IN THE UNITED STATES DISTRICT COURT FOR THE WESTERN DISTRICT OF PENNSYLVANIA
June 28, 2007
MITCHELL CASE, A MINOR, BY HIS PARENTS, DUSTIN AND ELIZABETH CASE, PLAINTIFF,
ALLEGHENY INTERMEDIATE UNIT, DEFENDANT.
The opinion of the court was delivered by: Terrence F. McVerry United States District Court Judge
Before the Court for consideration and disposition is PLAINTIFF'S MOTION TO ENFORCE PENDENCY UNDER THE IDEA (Document No. 4). Plaintiffs filed a brief in support, Defendants filed a brief in opposition and Plaintiffs filed a reply brief (Document Nos. 5, 8, 11). The Court entertained oral argument on June 27, 2007. The matter is ripe for resolution.
This case involves the services to be provided under the Individuals with Disabilities Education Act (IDEA) to a three-year-old boy with cerebral palsy. When a child turns three, he must transition from Part C of the IDEA, which provides services through the Infants and Toddlers Early Intervention program administered by the County Office of Mental Health and Mental Retardation, to Part B of IDEA, a Preschool Early Intervention program which is operated in this case by Defendant, the Allegheny Intermediate Unit (AIU). The child received Conductive Education as part of his Individualized Family Service Plan (IFSP) that applied for ages 0-3. The family and the AIU disagree as to whether the child is entitled to continue to receive Conductive Education services as part of his Part B Individualized Education Plan (IEP). The AIU refused to provide such services, a decision that was upheld by a Hearing Officer in an opinion dated December 22, 2006. The question now before the Court is very narrow: Is the AIU required to provide Conductive Education during the pendency of this litigation?
Plaintiffs contend that the "stay-put" provision of IDEA, 20 U.S.C. § 1415(j), mandates that the AIU continue to provide Conductive Education to the child during the pendency of the dispute. In Pardini v. Allegheny Intermediate Unit, 420 F.3d 181 (3d Cir. 2005), the United States Court of Appeals for the Third Circuit addressed this precise question under extremely similar facts. The Court concludes that Pardini is controlling.
In Pardini, the Court held that the AIU is required to provide Conductive Education until the dispute is "ultimately resolved." Id. at 190 (citing Drinker v. Colonial School Dist., 78 F.3d 859, 865 (3d Cir. 1996)). In Ringwood Board of Educ. v. K.H.J., 469 F. Supp.2d 267, 270 (D.N.J. 2006), the district court explained that the term "ultimately resolved" means that the pendent program must be maintained until the dispute reaches a final conclusion, including appeals. The Pardini Court explained that its decision was based on the plain language of the IDEA and was consistent with Congress' intent to ensure a "smooth transition" from Part C to Part B services. 420 F.3d at 186, 191. The "stay-put" provision applies regardless of whether the case is substantively meritorious. Id. at 190.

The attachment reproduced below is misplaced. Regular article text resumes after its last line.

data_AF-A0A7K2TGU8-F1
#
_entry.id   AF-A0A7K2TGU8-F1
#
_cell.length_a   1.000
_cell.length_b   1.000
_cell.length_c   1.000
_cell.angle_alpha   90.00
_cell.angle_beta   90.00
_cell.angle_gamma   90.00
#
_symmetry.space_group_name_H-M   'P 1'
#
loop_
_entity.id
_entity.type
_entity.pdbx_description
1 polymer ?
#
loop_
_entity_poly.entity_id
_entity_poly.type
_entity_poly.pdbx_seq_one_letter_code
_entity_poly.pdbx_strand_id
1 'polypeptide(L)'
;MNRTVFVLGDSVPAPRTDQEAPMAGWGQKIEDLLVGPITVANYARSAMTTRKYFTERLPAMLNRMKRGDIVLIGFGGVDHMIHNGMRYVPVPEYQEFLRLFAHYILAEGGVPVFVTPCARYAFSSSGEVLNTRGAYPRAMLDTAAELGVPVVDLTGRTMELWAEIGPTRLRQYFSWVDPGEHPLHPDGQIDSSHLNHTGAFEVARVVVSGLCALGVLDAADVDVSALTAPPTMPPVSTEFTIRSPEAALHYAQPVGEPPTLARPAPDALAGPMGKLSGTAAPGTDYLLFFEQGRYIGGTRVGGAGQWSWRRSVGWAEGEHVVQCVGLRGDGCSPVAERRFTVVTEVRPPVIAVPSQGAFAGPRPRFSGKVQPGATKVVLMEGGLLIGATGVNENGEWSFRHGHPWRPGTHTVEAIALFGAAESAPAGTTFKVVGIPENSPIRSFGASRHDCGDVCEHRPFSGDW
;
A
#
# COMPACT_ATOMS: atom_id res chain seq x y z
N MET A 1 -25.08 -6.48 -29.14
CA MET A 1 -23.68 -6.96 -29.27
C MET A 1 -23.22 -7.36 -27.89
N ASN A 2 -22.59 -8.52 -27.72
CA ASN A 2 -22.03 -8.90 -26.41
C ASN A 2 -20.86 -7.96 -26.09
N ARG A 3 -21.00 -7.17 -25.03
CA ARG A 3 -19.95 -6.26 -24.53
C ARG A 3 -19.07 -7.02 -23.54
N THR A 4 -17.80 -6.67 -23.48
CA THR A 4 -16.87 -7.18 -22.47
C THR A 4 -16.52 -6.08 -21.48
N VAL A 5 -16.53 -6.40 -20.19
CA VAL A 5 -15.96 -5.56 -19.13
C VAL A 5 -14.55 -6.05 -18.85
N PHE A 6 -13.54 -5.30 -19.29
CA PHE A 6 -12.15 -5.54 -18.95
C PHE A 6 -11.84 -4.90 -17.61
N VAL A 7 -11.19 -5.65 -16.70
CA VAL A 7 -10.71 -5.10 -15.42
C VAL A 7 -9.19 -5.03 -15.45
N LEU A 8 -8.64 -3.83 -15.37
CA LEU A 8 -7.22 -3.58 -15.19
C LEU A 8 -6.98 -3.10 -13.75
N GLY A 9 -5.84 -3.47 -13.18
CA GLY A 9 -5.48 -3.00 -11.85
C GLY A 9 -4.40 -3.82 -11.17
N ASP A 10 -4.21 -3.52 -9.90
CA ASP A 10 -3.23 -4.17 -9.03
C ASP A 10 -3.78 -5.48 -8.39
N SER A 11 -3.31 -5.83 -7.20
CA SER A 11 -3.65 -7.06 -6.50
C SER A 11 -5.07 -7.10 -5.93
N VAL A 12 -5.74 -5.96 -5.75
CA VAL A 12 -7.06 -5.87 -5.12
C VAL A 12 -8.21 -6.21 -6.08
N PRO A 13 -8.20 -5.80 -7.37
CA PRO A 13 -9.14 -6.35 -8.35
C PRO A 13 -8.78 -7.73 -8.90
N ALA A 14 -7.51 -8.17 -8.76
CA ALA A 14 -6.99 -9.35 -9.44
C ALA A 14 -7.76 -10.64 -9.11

The AIU argues that Pardini is distinguishable on the basis that the parties in this case agreed upon and have implemented an IEP. The Court does not agree, either factually and legally. The Court finds that the parents did not consent to an IEP that did not include Conductive Education. To the contrary, although the parents accepted those provisions of a proposed IEP on which there was no dispute, they were careful at every stage of the process to explicitly preserve their objection as to their insistence for Conductive Education. See, e.g., Letter from Jeffrey Ruder dated January 15, 2007. It would be wholly contrary to the statutory intent of the IDEA to require parents to forego all necessary services in order to preserve their right to appeal. Moreover, in Pardini, the Court of Appeals defined the pendent program as the "operative placement actually functioning at the time the dispute first arises." 420 F.3d at 192 (citation omitted). It is undisputed that the child was receiving Conductive Education as part of his IFSP at the time the dispute over his transitional IEP program first arose. Thus, as in Pardini, the "operative placement consisted of the services [he] was receiving under [his] IFSP." Id.
Defendant challenged the procedural validity of the Motion to Enforce Pendency in its brief, contending that Plaintiffs must meet the standard for injunctive relief, although it did not actively pursue that objection during oral argument. This contention has been rejected by Pardini, which criticized the district court for applying an injunction analysis rather than enforcing the IDEA's stay-put provision. Id. at 188. The Court explained that Congress has already balanced the competing equities and that IDEA "substitutes an absolute rule in favor of the status quo for the court's discretionary consideration of the [preliminary injunction] factors." Id. Thus, the Motion to Enforce Pendency is functionally equivalent to a motion for injunctive relief, although it need not meet the traditional test.*fn1
Conclusion AND NOW, in accordance with the foregoing, it is hereby ORDERED, ADJUDGED and DECREED that PLAINTIFF'S MOTION TO ENFORCE PENDENCY UNDER THE IDEA (Document No. 4) is GRANTED. The AIU is directed to provide Conductive Education services to the child until this litigation has been ultimately resolved or further order of court. The AIU is further directed to reimburse Plaintiffs for all reasonable costs which they have incurred since implementation of the IEP to continue the provision of the Conduction Education services contained in the IFSP.
SO ORDERED this 28th day of June, 2007.